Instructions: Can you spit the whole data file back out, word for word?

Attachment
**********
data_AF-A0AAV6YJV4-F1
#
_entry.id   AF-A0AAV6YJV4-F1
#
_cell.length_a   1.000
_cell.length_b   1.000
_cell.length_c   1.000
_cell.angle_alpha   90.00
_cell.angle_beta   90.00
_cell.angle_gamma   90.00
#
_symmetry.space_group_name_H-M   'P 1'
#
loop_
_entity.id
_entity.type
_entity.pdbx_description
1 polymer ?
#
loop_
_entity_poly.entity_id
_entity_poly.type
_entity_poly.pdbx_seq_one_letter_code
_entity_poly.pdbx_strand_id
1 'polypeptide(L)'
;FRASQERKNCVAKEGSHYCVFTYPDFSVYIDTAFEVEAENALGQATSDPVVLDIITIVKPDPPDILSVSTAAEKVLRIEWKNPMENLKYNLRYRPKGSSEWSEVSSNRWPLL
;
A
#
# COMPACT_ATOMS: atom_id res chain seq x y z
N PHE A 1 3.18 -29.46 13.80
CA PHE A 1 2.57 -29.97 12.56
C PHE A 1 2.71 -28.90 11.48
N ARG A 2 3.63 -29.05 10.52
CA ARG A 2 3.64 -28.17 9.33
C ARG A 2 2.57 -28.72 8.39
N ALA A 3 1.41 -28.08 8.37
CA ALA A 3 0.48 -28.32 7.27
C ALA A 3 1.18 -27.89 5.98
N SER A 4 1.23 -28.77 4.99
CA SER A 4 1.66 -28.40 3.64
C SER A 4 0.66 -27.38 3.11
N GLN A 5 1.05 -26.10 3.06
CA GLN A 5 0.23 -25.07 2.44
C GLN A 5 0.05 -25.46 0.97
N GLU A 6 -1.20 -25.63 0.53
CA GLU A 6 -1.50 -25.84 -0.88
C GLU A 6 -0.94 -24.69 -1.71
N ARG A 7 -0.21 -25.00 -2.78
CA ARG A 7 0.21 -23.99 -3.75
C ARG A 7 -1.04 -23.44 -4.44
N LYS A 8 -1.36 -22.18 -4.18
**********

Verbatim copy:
data_AF-A0AAV6YJV4-F1
#
_entry.id   AF-A0AAV6YJV4-F1
#
_cell.length_a   1.000
_cell.length_b   1.000
_cell.length_c   1.000
_cell.angle_alpha   90.00
_cell.angle_beta   90.00
_cell.angle_gamma   90.00
#
_symmetry.space_group_name_H-M   'P 1'
#
loop_
_entity.id
_entity.type
_entity.pdbx_description
1 polymer ?
#
loop_
_entity_poly.entity_id
_entity_poly.type
_entity_poly.pdbx_seq_one_letter_code
_entity_poly.pdbx_strand_id
1 'polypeptide(L)'
;FRASQERKNCVAKEGSHYCVFTYPDFSVYIDTAFEVEAENALGQATSDPVVLDIITIVKPDPPDILSVSTAAEKVLRIEWKNPMENLKYNLRYRPKGSSEWSEVSSNRWPLL
;
A
#
# COMPACT_ATOMS: atom_id res chain seq x y z
N PHE A 1 3.18 -29.46 13.80
CA PHE A 1 2.57 -29.97 12.56
C PHE A 1 2.71 -28.90 11.48
N ARG A 2 3.63 -29.05 10.52
CA ARG A 2 3.64 -28.17 9.33
C ARG A 2 2.57 -28.72 8.39
N ALA A 3 1.41 -28.08 8.37
CA ALA A 3 0.48 -28.32 7.27
C ALA A 3 1.18 -27.89 5.98
N SER A 4 1.23 -28.77 4.99
CA SER A 4 1.66 -28.40 3.64
C SER A 4 0.66 -27.38 3.11
N GLN A 5 1.05 -26.10 3.06
CA GLN A 5 0.23 -25.07 2.44
C GLN A 5 0.05 -25.46 0.97
N GLU A 6 -1.20 -25.63 0.53
CA GLU A 6 -1.50 -25.84 -0.88
C GLU A 6 -0.94 -24.69 -1.71
N ARG A 7 -0.21 -25.00 -2.78
CA ARG A 7 0.21 -23.99 -3.75
C ARG A 7 -1.04 -23.44 -4.44
N LYS A 8 -1.36 -22.18 -4.18